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Franz Marc: Yellow Cow (1911)
"I rid myself of my more troublesome priests …"

About a quarter of my worldly possessions probably qualify as junk. Precisely which items make up that quarter remains in shifting contention. HeadingHomeward brings a forced choice reckoning where I get to reconsider every blessed thing I own. I maintain my corners, shady spots I rarely peek into, places where I store my more embarrassing possessions. Many amount to regrettable purchases which I can explain to myself but to nobody else. I keep those well hidden, even from myself, because I cannot really justify their presence to anybody else, much less to myself. I'm embarrassed to own them but curiously have never gotten around to Purging them. I avert my eyes when in their presence, figuring that I might deserve to own them. They come to own me instead. HeadingHomeward calls a most curious sort of court into session. I get to fill the role of hanging judge.

I finally find the courage to engage in Purging.
The dreaded sock drawer, half-filled with I do not want to know whats, gets emptied and harsh judgements passed. The purely sentimental might receive suspended sentences, but much in there will not. A box, then another, fill themselves it seems, with burdensome things which came to own me. I justify my actions by patiently explaining that those odd-colored pocket tees, worn but still useable, might become another's prize possession. I'm freeing them, I say, to become something other and better rather than to just be hidden away. I might be liberating myself, lightening my load. All my keeper clothes fit into one standard medium-sized box. The discards fill two smaller ones.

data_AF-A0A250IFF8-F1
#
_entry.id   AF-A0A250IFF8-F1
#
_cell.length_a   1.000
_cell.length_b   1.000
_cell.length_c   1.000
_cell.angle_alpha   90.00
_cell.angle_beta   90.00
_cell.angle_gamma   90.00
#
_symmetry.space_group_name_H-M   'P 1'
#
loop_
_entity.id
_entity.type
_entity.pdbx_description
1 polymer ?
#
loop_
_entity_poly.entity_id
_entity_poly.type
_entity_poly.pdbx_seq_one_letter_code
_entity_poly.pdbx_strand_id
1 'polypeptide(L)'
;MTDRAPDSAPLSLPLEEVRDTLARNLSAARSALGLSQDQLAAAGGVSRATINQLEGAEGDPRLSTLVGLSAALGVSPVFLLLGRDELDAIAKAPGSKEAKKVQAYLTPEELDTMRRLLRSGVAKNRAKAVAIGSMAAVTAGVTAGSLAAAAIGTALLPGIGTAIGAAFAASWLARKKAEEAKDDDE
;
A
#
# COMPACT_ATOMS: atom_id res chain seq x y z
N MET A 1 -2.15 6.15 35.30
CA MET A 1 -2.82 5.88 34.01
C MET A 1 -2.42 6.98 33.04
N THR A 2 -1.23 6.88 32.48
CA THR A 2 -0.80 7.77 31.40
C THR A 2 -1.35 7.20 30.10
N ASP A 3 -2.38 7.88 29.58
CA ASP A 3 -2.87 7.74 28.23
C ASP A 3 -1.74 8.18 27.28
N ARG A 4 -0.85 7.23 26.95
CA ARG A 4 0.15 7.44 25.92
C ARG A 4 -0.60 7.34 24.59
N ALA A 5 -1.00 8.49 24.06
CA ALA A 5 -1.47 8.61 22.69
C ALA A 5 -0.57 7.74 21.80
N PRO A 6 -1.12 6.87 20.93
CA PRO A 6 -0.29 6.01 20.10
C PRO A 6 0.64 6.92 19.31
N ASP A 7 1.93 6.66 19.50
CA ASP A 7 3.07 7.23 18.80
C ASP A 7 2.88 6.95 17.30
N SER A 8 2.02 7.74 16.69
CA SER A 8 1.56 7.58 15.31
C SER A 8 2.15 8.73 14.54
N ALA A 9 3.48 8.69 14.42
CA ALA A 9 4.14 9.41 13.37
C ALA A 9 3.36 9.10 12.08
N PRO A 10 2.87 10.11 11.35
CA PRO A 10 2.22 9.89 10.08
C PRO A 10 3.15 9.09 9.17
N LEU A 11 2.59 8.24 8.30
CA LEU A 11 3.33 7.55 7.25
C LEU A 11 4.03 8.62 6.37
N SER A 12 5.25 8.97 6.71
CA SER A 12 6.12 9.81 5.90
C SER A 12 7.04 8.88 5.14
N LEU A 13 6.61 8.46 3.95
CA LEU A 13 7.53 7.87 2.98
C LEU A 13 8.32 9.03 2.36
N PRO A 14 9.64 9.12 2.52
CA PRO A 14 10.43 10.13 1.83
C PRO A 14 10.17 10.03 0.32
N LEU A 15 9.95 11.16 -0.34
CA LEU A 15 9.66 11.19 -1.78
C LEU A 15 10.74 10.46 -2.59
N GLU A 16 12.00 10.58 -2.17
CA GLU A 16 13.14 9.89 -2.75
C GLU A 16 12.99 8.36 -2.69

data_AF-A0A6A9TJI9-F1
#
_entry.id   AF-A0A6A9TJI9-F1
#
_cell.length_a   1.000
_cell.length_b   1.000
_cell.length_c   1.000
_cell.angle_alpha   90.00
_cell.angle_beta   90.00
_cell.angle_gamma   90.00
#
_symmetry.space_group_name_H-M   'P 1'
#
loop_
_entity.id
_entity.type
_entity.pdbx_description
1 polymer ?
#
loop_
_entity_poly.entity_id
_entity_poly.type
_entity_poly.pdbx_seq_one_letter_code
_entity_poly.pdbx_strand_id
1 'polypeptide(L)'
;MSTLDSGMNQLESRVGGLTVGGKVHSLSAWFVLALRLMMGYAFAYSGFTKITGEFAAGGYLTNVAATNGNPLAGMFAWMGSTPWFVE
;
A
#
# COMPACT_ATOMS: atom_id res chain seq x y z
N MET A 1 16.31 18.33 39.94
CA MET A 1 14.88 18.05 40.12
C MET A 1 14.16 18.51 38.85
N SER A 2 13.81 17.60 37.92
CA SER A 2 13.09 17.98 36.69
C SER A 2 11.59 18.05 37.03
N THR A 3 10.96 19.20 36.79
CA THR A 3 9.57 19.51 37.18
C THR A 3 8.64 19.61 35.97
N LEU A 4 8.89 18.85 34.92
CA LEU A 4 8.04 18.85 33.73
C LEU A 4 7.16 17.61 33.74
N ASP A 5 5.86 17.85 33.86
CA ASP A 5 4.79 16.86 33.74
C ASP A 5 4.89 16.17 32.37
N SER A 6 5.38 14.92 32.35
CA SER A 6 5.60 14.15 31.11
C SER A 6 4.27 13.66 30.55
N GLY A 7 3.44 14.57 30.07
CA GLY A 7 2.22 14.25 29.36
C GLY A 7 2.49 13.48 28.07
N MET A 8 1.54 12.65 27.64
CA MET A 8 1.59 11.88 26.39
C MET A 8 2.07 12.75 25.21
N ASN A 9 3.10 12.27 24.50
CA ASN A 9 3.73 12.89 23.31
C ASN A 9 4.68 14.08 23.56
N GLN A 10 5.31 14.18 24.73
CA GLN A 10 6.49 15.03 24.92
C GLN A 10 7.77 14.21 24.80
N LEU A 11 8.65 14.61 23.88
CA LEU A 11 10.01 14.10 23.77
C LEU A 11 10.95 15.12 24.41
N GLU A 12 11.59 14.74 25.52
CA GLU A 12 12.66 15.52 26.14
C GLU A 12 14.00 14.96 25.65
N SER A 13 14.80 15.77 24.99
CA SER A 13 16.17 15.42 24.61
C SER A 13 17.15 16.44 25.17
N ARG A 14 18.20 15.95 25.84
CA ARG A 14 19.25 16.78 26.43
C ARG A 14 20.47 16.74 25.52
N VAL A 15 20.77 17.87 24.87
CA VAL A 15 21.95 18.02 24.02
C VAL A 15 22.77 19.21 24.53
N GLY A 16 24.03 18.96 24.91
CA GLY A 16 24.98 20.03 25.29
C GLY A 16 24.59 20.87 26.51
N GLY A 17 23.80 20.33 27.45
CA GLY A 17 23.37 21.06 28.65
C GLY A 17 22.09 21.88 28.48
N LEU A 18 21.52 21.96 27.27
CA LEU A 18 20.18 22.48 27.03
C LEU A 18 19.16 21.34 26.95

Purging feeds upon itself. It becomes self-reinforcing, encouraging what in ordinary times might simply seem a cold, cold heart. I grow wealthy under its spell for I can seemingly afford to part with almost anything regardless of its past associations or any inherent nostalgia it might have once sparked. Some things, though, simply cannot be given away. I remain confident that once the moving van's loaded, about a quarter of our remaining possessions will still qualify as crap, and even discarding that would likely result in an inventory featuring about a quarter eminently discardables we're not quite ready to part with yet. Economists label this effect a Perfect Market because there's essentially no exhausting it. However much gets used, that same percentage remains to be used ad infinitum. It's a bottomless pit and there's never any fully satisfying it. I do my part as I prepare for this parting.

I sense a mastery of sorts emerging. Purging bestows the power enjoyed by despots throughout the ages. I rid myself of my more troublesome priests without remorse because I finally feel that I can rid myself of them. Whatever thrall those items once held over me seems temporarily broken. I'd do Pontius Pilote proud. I could become part of an audience watching gladiators battle, casually flicking my wrist to pass permanent judgement, thumbs down. Next? I fall into a feeding frenzy where the more I direct toward the Goodwill van, the hungrier I become. I'm liking this slimmer almost svelte man standing astride his possessions rather than the slinking one once owned by them. I release those items which once carried obligation, liberating myself again and again and again. I find that I no longer owe them fealty. I abandon some of my familiar story in favor of undiscovered fresh ones. I figure that I can probably find a replacement half pound of mung beans on the other end. I need not transport the old encumbering ones which have been clogging up the larder forever.

©2021 by David A. Schmaltz - all rights reserved

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